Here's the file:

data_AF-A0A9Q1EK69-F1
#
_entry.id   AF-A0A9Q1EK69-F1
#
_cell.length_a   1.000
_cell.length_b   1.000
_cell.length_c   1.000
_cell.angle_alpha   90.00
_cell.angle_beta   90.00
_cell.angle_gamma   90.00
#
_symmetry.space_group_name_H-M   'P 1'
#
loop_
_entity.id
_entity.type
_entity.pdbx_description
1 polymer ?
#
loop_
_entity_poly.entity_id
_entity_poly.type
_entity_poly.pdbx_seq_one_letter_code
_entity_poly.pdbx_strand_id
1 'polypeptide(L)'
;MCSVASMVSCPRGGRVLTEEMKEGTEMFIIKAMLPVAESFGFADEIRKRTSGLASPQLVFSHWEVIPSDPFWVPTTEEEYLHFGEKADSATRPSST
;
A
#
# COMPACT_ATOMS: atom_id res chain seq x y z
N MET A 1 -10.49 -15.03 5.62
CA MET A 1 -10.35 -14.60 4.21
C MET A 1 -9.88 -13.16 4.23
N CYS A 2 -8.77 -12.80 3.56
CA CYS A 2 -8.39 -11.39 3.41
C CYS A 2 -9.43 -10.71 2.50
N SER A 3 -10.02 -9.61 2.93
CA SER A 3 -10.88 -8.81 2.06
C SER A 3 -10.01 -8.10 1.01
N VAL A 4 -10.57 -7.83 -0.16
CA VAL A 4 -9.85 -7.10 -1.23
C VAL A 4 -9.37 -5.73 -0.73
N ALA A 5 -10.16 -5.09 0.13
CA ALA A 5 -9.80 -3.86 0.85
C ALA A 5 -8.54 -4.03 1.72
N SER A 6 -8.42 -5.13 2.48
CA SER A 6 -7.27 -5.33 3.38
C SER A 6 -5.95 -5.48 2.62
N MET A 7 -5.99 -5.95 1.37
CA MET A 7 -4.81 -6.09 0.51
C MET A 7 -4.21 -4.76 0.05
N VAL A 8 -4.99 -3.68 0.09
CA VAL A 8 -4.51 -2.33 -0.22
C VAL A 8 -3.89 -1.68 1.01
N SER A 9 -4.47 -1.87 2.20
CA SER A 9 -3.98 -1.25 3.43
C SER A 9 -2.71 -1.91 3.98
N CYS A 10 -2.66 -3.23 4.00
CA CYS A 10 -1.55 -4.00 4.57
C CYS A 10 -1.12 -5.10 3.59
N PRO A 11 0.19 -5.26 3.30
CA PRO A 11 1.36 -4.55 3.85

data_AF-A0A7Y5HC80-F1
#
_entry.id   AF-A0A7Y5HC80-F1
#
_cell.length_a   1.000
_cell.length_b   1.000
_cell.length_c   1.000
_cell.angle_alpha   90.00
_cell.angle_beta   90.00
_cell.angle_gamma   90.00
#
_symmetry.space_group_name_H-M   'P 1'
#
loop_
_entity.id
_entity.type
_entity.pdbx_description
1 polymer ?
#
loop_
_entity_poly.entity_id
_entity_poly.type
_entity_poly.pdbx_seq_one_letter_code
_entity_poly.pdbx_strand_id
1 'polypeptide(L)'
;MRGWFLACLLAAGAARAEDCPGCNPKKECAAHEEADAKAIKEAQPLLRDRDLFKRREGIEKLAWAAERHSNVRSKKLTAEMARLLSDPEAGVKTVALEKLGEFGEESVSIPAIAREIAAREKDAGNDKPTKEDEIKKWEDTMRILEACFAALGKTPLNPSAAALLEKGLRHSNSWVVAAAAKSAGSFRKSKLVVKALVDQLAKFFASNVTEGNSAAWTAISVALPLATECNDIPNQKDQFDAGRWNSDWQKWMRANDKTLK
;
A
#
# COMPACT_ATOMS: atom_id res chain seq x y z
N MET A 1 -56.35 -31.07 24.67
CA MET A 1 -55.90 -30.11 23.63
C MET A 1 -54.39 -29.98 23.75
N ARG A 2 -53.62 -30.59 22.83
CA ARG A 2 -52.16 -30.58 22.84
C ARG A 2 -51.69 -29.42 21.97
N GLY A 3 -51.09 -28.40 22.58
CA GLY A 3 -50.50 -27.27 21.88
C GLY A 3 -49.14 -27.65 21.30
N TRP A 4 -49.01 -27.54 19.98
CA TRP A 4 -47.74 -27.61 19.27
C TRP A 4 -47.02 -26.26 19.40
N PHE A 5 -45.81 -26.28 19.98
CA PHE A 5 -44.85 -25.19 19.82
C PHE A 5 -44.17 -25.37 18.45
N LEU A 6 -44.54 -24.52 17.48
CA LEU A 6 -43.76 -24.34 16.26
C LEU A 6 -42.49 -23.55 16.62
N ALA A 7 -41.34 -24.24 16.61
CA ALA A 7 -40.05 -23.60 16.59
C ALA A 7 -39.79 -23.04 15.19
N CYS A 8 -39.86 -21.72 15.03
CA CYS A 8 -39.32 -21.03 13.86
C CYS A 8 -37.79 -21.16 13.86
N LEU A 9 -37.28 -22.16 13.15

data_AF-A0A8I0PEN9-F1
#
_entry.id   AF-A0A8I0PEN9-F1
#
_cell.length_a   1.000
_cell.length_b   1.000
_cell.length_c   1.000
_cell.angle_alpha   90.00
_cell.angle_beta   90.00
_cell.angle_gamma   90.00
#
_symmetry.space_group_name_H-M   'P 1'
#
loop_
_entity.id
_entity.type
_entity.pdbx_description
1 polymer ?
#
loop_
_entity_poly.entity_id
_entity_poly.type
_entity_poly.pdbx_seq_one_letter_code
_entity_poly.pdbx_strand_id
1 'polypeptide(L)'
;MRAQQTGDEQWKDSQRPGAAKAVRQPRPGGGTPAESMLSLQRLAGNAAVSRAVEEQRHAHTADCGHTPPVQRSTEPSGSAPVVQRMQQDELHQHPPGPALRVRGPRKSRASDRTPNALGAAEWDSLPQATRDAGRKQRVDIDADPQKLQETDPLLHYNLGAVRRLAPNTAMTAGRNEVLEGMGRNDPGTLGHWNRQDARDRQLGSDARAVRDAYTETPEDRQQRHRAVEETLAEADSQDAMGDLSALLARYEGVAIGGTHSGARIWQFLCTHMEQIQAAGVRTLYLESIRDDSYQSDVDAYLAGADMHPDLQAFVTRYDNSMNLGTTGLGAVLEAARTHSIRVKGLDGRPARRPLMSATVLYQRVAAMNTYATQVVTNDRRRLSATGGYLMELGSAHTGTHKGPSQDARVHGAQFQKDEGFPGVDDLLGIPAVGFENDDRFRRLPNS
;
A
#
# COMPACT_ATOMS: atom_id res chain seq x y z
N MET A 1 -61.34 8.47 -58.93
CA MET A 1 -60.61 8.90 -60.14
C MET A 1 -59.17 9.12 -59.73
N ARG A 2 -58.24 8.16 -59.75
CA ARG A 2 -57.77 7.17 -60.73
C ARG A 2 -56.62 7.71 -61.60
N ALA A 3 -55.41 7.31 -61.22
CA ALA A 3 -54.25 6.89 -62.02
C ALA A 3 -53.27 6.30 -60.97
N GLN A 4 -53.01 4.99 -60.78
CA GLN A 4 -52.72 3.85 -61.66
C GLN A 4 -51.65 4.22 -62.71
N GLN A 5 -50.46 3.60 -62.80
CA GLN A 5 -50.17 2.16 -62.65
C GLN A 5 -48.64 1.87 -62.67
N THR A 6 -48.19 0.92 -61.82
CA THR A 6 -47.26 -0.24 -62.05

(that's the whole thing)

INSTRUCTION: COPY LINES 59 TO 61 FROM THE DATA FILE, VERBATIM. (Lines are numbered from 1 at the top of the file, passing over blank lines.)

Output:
CA CYS A 10 -1.55 -4.00 4.57
C CYS A 10 -1.12 -5.10 3.59
N PRO A 11 0.19 -5.26 3.30